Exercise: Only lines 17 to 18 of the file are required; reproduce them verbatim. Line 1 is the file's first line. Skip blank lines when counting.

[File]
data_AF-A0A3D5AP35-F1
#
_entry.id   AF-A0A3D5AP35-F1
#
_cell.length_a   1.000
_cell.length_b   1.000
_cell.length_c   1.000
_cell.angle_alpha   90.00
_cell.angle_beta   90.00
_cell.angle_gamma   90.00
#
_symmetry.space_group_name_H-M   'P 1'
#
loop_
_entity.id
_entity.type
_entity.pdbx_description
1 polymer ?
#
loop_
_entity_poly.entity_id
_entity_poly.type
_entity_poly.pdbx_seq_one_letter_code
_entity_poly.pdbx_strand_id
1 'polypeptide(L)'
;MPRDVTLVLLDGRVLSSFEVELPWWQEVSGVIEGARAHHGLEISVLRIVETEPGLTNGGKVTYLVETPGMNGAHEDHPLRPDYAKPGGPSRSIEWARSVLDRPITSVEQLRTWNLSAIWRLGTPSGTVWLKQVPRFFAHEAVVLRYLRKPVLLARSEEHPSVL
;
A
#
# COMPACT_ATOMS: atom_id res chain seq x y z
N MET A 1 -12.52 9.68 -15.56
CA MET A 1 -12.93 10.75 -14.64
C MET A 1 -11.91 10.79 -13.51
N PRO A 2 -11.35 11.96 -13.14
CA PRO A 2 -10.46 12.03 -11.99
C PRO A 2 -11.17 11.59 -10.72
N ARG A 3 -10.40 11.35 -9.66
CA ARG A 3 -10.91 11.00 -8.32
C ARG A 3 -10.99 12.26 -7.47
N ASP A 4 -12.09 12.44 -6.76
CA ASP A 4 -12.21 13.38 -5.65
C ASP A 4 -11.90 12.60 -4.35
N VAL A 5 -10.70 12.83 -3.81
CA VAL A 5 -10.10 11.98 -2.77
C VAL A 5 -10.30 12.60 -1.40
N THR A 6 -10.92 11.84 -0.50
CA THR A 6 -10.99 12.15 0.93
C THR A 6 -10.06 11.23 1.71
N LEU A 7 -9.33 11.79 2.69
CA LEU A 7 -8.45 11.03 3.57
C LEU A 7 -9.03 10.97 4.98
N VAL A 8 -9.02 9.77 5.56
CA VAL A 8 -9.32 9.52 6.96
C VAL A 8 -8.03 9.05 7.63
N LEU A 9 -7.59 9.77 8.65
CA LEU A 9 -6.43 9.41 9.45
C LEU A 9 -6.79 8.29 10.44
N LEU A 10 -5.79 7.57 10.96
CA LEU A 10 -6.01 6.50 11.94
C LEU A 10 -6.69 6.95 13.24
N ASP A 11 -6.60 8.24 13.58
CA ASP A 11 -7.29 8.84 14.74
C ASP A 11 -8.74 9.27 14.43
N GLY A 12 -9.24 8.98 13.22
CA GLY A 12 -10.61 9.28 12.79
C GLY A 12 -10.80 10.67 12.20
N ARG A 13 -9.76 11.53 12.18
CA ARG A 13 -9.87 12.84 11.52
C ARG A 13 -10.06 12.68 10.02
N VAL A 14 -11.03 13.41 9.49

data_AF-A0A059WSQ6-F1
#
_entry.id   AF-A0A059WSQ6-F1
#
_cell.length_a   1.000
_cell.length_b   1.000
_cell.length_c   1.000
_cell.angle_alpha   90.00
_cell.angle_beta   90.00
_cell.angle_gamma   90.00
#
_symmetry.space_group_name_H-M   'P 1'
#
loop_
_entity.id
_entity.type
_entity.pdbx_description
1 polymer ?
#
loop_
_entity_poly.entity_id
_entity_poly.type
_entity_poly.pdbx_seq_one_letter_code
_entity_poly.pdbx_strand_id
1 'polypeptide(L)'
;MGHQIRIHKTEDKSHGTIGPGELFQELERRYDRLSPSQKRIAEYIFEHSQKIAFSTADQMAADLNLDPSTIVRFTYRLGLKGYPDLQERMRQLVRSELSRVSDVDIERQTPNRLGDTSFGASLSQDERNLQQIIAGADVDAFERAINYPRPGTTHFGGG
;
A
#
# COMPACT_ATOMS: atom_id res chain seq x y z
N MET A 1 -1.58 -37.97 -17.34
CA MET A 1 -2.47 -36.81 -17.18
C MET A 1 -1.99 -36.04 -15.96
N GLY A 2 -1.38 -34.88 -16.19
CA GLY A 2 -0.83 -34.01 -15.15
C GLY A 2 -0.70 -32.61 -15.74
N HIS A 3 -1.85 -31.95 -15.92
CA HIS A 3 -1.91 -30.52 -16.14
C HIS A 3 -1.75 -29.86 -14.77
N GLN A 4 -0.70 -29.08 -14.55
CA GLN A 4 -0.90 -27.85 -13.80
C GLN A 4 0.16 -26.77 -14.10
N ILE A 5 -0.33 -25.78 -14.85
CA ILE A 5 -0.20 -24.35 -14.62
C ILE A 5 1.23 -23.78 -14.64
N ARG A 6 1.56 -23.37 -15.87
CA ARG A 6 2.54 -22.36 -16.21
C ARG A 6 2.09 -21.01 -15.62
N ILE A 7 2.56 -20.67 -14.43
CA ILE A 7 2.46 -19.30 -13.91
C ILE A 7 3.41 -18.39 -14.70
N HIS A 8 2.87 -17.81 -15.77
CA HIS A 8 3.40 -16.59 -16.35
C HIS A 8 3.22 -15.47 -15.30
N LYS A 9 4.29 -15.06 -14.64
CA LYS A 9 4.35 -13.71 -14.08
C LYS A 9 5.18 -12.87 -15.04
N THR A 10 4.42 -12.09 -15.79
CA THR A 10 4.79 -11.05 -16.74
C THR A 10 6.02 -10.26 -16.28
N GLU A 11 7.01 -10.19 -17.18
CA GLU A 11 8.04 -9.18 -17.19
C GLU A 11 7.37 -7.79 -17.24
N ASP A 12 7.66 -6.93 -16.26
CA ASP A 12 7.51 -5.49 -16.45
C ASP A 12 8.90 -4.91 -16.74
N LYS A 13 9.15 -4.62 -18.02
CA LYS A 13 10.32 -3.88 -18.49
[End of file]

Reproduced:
_entity.pdbx_description
1 polymer ?